Client Education Series Your Agreement For Legal Representation

Disclaimer: This article is in response to questions frequently asked of Mr. Cobb and is an unedited dictation transcript. Just like talking to text on your smartphone, there may be misspelled words or sentence fragments.

Welcome back. And to begin with, we are going to cover what is known as an agreement for representation. Now, the original Florida Bar contract that they provide for lawyers to use with their clients for legal services covers a lot of different areas including personal injury, family law, and things of this nature. What we have done is we have taken out most of those things that do not relate to criminal law in order to simplify the agreement for representation so that it does not run on for 5, 6, 7, 8, 9, or 10 pages. That’s a little bit too much and written plea agreements in felony court basically say the same thing about 20 times. And I did not want to do that with our agreements for representation.

So, let’s go down a list of various different things they are in all agreements for representation. First of all, we are going to list the defendant, the person we are actually representing. Now, at the same time, there may also be someone who is a separate party as a fee-payer. And the fee-payer will be listed as well. There are some attorney-client privileges that kick in. And so if you are a fee-payer and not the client, we will need special permission from the client to speak with you about the case but we also have to be very mindful of conflicts of interest, which are prohibited by the rules that regulate the Florida bar. So, that constitutes the parties. Then, you are going to come to a section that talks about what the legal fee is based upon and there is a whole laundry list of things that range from the amount of time it takes to the novelty of the legal questions presented in a particular case. So, those are going to be set forth in your agreement for representation. There is also going to be an area that covers the distinction between a legal fee and a cost. So, what is the difference? A legal fee is what goes to the law firm and the lawyers whereas a cost is what someone pays, what goes towards defense expenses.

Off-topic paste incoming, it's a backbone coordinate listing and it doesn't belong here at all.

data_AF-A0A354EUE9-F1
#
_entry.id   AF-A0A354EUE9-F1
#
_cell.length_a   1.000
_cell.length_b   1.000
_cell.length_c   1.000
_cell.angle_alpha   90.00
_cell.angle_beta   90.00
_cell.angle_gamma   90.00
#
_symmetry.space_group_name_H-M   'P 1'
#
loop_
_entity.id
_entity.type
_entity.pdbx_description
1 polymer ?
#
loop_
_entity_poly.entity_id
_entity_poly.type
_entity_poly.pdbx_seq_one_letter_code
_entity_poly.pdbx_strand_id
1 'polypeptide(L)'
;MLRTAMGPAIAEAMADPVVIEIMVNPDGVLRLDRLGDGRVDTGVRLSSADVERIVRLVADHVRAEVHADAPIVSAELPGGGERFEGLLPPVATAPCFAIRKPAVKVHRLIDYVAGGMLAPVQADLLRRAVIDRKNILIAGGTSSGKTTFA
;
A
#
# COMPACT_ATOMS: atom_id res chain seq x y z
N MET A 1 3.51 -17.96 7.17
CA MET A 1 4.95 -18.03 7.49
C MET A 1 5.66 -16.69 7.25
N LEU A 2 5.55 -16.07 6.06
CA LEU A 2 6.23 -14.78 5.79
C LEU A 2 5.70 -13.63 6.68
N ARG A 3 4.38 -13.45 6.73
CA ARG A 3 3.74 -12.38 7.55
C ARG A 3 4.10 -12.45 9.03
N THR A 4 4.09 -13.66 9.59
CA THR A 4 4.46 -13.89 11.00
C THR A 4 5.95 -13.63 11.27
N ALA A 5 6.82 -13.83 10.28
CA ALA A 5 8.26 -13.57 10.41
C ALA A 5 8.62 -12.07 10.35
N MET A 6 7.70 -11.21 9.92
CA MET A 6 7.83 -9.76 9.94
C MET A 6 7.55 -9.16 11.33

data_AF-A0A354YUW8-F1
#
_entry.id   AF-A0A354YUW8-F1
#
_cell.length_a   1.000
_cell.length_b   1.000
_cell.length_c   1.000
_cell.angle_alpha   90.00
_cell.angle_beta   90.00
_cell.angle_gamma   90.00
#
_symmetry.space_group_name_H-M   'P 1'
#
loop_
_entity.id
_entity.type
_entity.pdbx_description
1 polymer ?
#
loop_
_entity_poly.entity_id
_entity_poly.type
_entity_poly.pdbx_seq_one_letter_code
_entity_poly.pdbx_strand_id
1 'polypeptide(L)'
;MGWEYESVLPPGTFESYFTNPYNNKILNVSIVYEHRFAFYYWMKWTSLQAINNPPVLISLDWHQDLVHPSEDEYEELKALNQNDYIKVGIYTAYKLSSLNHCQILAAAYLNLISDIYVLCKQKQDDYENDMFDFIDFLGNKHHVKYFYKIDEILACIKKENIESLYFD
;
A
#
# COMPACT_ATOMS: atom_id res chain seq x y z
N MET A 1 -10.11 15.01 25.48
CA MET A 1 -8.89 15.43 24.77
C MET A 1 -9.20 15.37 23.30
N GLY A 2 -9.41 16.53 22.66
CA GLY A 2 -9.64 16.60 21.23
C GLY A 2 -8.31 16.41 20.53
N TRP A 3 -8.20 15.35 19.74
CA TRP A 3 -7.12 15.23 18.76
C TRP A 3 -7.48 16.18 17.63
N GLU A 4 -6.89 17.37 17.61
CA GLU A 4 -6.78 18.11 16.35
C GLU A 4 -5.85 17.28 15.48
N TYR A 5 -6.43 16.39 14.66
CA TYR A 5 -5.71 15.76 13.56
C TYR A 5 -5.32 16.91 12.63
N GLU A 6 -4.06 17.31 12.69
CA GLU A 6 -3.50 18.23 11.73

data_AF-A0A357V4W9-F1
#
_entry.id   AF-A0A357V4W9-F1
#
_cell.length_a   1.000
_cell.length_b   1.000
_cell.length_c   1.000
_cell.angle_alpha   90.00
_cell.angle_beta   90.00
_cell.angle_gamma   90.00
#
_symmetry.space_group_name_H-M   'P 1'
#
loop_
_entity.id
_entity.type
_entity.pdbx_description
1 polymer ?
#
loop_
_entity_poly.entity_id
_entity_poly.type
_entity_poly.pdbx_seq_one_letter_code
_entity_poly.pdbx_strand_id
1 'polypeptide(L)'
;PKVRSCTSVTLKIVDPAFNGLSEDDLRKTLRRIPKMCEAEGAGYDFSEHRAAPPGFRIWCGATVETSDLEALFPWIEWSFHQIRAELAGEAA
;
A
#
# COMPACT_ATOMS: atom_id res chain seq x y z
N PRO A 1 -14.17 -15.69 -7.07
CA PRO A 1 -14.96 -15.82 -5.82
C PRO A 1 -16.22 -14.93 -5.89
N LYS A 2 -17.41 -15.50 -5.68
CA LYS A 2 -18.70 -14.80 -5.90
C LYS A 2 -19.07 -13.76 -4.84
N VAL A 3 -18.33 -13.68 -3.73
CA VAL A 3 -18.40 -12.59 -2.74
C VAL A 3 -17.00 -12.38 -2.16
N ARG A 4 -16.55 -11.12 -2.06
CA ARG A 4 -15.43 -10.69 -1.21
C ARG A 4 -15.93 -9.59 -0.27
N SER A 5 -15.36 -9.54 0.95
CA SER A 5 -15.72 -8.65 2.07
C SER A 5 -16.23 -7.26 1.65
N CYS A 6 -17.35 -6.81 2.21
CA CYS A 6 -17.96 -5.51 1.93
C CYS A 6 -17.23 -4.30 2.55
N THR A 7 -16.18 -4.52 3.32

If a court reporter is needed to take deposition testimony, which is a sworn testimony similar to court but different in that it has a much broader scope, then they will charge a fee. If we need an expert witness, they will charge a fee. So, a legal fee is completely separate from the costs. You can imagine that they are on two sides of direct midnight on a clock. One side is cost, one side is fees. Now, many lawyers take a deposit against expenses for costs. Sometimes, we do that, sometimes we do not.

Next, you will notice in the fee agreement, there will be a section regarding other lawyers working on your case. Virtually everything that we do is a team effort. Why is that? Well, a lot of lawyers do not want to pay to have another lawyer working on the case. In reality, there is no such thing as super lawyers, they do not exist. And my belief is and has been for a long time that rule 3.112, a rule of procedure you have never heard of but talks about capital cases, this rule requires a second lawyer in a death penalty case and I think as a matter of practice, procedure and policy, it is always good to have a second lawyer looking at your case, whether it is a felony or a misdemeanor. I would love to tell you I am a super lawyer and I wear a cape and that I can magically make things happen but you know what the reality is, it is hard freaking work that makes the difference. And having a second set of experienced eyeballs on a particular pleading, research, etc. can make all the difference in somebody’s criminal case. So, virtually every case that is handled by the firm is handled by a team. Does that mean I am not involved? Not at all. I personally supervise each and every case. I just want to make sure that you or someone you love gets the representation that they deserve. And the way to do that is to dot all the I’s, cross all the T’s and do it correctly. Thus, we have basically expanded rule 3.112 to every single case because I think you deserve the best representation.